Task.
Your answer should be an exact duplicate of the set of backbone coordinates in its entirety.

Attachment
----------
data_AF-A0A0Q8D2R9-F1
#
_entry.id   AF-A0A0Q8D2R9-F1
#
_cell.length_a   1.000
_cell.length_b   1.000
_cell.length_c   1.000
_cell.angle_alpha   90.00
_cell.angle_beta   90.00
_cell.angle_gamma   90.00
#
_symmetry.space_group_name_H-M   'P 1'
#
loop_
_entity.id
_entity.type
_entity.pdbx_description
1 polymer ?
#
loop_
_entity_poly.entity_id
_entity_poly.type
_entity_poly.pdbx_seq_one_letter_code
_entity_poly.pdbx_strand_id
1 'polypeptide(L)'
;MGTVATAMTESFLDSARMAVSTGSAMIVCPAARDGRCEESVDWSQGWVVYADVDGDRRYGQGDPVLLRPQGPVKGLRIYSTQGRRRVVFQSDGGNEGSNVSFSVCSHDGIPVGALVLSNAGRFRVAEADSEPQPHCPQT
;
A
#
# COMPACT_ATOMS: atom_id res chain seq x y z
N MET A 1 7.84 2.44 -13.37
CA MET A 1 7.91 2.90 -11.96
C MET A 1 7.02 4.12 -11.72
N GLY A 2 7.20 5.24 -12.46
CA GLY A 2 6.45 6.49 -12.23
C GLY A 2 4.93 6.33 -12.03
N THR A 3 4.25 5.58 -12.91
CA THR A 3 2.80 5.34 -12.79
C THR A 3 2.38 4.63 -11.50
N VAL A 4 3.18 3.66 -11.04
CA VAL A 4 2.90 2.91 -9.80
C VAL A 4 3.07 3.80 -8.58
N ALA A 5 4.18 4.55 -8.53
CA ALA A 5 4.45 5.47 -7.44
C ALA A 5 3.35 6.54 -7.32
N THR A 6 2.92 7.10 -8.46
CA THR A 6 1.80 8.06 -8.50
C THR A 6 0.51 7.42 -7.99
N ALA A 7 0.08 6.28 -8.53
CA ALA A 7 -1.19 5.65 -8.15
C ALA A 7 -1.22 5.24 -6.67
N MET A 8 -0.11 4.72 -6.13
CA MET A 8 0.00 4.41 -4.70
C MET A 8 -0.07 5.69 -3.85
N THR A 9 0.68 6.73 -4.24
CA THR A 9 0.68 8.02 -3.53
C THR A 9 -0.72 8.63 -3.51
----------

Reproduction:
data_AF-A0A0Q8D2R9-F1
#
_entry.id   AF-A0A0Q8D2R9-F1
#
_cell.length_a   1.000
_cell.length_b   1.000
_cell.length_c   1.000
_cell.angle_alpha   90.00
_cell.angle_beta   90.00
_cell.angle_gamma   90.00
#
_symmetry.space_group_name_H-M   'P 1'
#
loop_
_entity.id
_entity.type
_entity.pdbx_description
1 polymer ?
#
loop_
_entity_poly.entity_id
_entity_poly.type
_entity_poly.pdbx_seq_one_letter_code
_entity_poly.pdbx_strand_id
1 'polypeptide(L)'
;MGTVATAMTESFLDSARMAVSTGSAMIVCPAARDGRCEESVDWSQGWVVYADVDGDRRYGQGDPVLLRPQGPVKGLRIYSTQGRRRVVFQSDGGNEGSNVSFSVCSHDGIPVGALVLSNAGRFRVAEADSEPQPHCPQT
;
A
#
# COMPACT_ATOMS: atom_id res chain seq x y z
N MET A 1 7.84 2.44 -13.37
CA MET A 1 7.91 2.90 -11.96
C MET A 1 7.02 4.12 -11.72
N GLY A 2 7.20 5.24 -12.46
CA GLY A 2 6.45 6.49 -12.23
C GLY A 2 4.93 6.33 -12.03
N THR A 3 4.25 5.58 -12.91
CA THR A 3 2.80 5.34 -12.79
C THR A 3 2.38 4.63 -11.50
N VAL A 4 3.18 3.66 -11.04
CA VAL A 4 2.90 2.91 -9.80
C VAL A 4 3.07 3.80 -8.58
N ALA A 5 4.18 4.55 -8.53
CA ALA A 5 4.45 5.47 -7.44
C ALA A 5 3.35 6.54 -7.32
N THR A 6 2.92 7.10 -8.46
CA THR A 6 1.80 8.06 -8.50
C THR A 6 0.51 7.42 -7.99
N ALA A 7 0.08 6.28 -8.53
CA ALA A 7 -1.19 5.65 -8.15
C ALA A 7 -1.22 5.24 -6.67
N MET A 8 -0.11 4.72 -6.13
CA MET A 8 0.00 4.41 -4.70
C MET A 8 -0.07 5.69 -3.85
N THR A 9 0.68 6.73 -4.24
CA THR A 9 0.68 8.02 -3.53
C THR A 9 -0.72 8.63 -3.51